Just to add a little more controversy to Kevin and Clay, their story was that they met in the military, when Kevin was injured fighting in Iraq and Dr. Walker had been his medic. . .and this was just after the repeal of Don’t Ask, Don’t Tell.  Archie Comics wasted no time jumping on that subject, and the issue containing the wedding (#16, if you want it; it sells for $20-$40 now) of Keller and Walker became one of Archie Comics’ fastest-selling issues of all time (which is no mean feat, considering they’ve been going for over 70 years).

But that’s not why I call Life With Archie the bravest book on the stands.

(SPOILERS FOLLOW.)

In issue #22 of Life With Archie, Clay Walker is shot while attempting to prevent a robbery. (Had to be the black guy, didn’t it, Archie Comics?) Luckily, he survives the shooting and the would-be robber is captured after being clocked with a hammer by the store’s owner.

In issue #24, Kevin discovers that the unnamed shooter was a previously-convicted felon who bought the gun from a licensed dealer through a “loophole” (it’s later stated that he’s talking about the gun show loophole).  Kevin then rattles off a few statistics (“gun-related homicides are more than twenty times higher than in other developed nations”) and announces he is retiring from the Army to do something about it. . .and his “something” is. . .

Wait for it. . .

Kevin Keller decides to run for the US Senate on a gun-control platform!

Tammy Baldwin (D-Wisconsin) just proved in November that an openly-gay candidate can win a Senate race; she became our first openly-gay US Senator and was sworn in on Thursday, January 3, 2013.  So you could say the precedent has been broken. . .except that #24 came out in November and was solicited three months earlier (as all comics are), so the story was written before her election, when she was still running a very tight race against Tommy “I’m gonna kill me some Medicare” Thompson.  (It’s worth noting that Tammy Baldwin still can’t legally marry in her home state, though she can have her same-sex marriage from another state recognized in Wisconsin as a “domestic partnership,” so Kevin Keller’s still got one up on her.)

In issue #25, Kevin expounds more upon his gun-control views, states a strong view that the Second Amendment pertains to the right to bear arms for “a well-regulated militia” and asks “why do we need an estimated 200 million guns in the hands of this country’s 300 million citizens?”  (His number is actually quite low; the 2007 estimates are 88.1 guns for every 100 US citizen,which comes out to about 274 million guns in this country, a figure that has no doubt gone up, since there were massive spikes in gun sales every time a black guy got elected President.)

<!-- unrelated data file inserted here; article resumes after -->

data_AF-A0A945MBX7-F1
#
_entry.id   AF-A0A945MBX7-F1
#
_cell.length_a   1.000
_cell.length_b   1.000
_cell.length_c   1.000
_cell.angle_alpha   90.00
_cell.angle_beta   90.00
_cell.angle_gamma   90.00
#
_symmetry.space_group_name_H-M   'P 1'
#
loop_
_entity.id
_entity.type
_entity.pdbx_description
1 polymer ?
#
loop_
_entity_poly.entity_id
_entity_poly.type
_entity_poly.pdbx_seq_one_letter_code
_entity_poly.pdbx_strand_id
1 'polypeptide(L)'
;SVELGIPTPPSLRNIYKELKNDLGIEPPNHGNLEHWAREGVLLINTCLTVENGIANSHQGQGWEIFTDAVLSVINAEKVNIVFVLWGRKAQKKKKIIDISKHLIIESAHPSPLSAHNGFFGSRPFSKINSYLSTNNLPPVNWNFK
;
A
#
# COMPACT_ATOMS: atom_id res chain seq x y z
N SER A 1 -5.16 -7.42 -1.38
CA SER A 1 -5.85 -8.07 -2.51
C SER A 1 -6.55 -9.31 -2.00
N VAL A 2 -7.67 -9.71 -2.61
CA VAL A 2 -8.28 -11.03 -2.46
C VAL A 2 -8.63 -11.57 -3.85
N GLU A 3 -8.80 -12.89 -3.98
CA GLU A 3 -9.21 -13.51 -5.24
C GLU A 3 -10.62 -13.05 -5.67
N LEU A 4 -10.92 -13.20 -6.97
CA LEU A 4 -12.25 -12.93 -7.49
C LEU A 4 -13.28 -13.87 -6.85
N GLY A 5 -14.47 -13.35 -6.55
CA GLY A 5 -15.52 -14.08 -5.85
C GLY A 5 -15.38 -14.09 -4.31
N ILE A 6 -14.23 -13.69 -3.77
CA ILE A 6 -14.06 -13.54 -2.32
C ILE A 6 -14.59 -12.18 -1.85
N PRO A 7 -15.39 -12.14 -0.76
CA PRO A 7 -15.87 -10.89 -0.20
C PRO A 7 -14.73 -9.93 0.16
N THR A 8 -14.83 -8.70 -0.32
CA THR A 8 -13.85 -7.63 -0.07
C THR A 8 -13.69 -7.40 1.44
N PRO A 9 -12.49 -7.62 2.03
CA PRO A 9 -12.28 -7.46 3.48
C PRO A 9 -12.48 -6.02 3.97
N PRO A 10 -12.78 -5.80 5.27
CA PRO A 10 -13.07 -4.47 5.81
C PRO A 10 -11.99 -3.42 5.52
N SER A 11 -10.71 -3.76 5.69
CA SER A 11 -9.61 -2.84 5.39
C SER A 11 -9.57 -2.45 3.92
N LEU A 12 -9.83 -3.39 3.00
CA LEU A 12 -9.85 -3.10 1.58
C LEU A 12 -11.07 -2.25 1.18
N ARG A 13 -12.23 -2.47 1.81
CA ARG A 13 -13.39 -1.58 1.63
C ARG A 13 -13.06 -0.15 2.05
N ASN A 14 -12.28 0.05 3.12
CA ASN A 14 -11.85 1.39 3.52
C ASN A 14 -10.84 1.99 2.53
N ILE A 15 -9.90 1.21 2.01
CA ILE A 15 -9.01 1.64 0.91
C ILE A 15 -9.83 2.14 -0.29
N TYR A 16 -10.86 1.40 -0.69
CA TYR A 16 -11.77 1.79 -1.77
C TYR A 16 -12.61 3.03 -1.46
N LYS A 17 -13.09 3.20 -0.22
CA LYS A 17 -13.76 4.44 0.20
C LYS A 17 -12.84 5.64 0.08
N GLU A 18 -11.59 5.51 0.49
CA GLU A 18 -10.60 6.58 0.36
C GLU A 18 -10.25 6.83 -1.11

Now, I am sure that some of you are saying that it’s not such a big deal to jump on the gun-control bandwagon now, after what happened in Newtown.  You’d be right; that terrible tragedy has changed a lot of views on gun control for many people, as it and numerous other tragedies before it should have done.

And I’d agree if it wasn’t that Life With Archie #24 came out in November 2012, and #25 hit the stands (and my greedy little palms) on Wednesday, December 12, 2012. . .two days before Newtown.

And that’s why I call Life With Archie the bravest comic book on the stands today:  it took on marriage equality before the 2012 electoral sweep that nearly doubled the number of states with legalized marriage equality with a firm, unmistakable statement of support; it took a strong pro-gun-control stance before the tragedy that catapulted gun control back into the national conversation; and it’s poised to do even more with Betty-and-Veronica rival Cheryl Blossom having been ravaged by breast cancer and now starting up her own foundation to fight breast cancer.

I never thought I’d say this, but here it is:  I wish Marvel, DC, Dark Horse, Image Comics, and IDW had half the intestinal fortitude that Archie Comics does when it comes to addressing relevant social issues.

Life With Archie: the best-written and bravest comic book on the stands today.  Go read it, it’s brilliant.

VS – 1.6.13

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Wonderful (Woman) Wednesday